METHODS: A case report with extensive literature review.
RESULTS: 3 patients (2 females, 1 male; ages 35-58) presented to the allergy outpatient clinic after having an anaphylactic event to cow’s milk cheese. Patient 1 had two episodes of immediate urticarial angioedema and shortness of breath after ingesting Blue cheese that dissipated over 5 hours with no treatment. Skin test with positive control was negative for milk but largely positive for both pasteurized and non-pasteurized Blue cheese extracts (>10mm). Patient 2 had immediate urticaria and angioedemea after ingesting Brie cheese alleviated with diphenhydramine. Skin test with positive control showed no reaction to cow milk. Patient 3 had two hours of delayed onset of urticaria, abdominal pain and shortness of breath after ingesting lactose-free Gouda cheese requiring epinephrine injection. Skin test with positive control was negative for milk but positive for a 3mm wheal to Gouda cheese rind representing sensitization. Natamycin and rennet extracts for the cheese were obtained and skin tests of these extracts were negative with positive control. All patients were given epinephrine auto-injectors to prevent future anaphylaxis.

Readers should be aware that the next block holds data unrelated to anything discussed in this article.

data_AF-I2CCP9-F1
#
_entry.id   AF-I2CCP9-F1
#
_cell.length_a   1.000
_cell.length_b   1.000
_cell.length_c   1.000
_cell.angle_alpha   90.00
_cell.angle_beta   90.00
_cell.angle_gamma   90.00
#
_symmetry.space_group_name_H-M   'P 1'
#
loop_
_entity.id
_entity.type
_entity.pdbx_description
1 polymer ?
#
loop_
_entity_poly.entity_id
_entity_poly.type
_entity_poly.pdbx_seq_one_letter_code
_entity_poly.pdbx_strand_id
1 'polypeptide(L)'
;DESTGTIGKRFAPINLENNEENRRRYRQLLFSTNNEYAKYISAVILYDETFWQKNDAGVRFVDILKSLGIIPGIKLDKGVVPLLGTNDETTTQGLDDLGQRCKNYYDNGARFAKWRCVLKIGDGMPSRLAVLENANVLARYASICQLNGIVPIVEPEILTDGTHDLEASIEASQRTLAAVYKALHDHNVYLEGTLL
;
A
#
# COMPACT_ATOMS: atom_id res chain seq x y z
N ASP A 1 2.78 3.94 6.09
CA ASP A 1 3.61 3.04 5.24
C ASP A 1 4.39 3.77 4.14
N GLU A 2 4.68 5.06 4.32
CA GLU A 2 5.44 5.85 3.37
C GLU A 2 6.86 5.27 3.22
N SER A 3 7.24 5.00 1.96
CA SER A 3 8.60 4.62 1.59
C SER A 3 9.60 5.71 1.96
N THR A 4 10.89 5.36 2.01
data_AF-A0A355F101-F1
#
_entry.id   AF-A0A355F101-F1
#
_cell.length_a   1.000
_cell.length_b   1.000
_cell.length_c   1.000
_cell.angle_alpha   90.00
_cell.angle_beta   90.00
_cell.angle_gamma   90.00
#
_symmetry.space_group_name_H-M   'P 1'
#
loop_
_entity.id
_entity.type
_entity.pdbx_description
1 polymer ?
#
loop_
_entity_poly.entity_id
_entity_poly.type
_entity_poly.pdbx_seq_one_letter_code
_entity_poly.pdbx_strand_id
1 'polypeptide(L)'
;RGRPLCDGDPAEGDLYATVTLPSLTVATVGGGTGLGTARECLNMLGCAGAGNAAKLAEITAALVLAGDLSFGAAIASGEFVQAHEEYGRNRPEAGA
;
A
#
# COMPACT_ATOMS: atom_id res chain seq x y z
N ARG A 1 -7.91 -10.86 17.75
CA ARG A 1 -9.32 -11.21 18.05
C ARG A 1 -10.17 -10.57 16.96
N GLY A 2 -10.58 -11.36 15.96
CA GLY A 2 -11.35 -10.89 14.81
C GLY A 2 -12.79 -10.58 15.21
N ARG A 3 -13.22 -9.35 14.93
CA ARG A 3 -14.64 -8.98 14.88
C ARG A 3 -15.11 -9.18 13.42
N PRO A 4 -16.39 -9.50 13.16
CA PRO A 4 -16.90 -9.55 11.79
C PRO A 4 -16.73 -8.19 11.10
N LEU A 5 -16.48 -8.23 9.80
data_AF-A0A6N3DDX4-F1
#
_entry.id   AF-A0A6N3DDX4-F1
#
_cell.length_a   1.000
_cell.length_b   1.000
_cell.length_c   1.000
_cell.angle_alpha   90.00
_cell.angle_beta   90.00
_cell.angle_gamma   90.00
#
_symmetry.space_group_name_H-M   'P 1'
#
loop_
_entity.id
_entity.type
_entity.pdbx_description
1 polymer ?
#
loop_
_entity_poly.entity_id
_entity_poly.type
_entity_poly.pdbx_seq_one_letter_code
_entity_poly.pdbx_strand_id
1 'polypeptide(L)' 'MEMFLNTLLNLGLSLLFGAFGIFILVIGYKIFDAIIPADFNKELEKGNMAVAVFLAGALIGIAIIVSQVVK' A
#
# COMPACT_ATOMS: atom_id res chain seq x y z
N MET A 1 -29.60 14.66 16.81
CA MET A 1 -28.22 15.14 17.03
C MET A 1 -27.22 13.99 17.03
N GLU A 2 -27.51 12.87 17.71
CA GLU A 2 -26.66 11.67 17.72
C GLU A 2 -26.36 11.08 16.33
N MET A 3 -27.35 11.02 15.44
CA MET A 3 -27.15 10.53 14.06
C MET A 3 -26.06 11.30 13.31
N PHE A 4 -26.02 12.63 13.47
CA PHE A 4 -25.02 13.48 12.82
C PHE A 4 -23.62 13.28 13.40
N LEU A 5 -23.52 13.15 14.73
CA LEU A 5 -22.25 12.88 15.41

CONCLUSIONS: These cases highlight rare allergens in cow’s milk cheese that are not present in cow’s milk. Negative skin test for natamycin and rennet suggest there may be another process in fermenting milk to cheese that contributes to the development of allergies.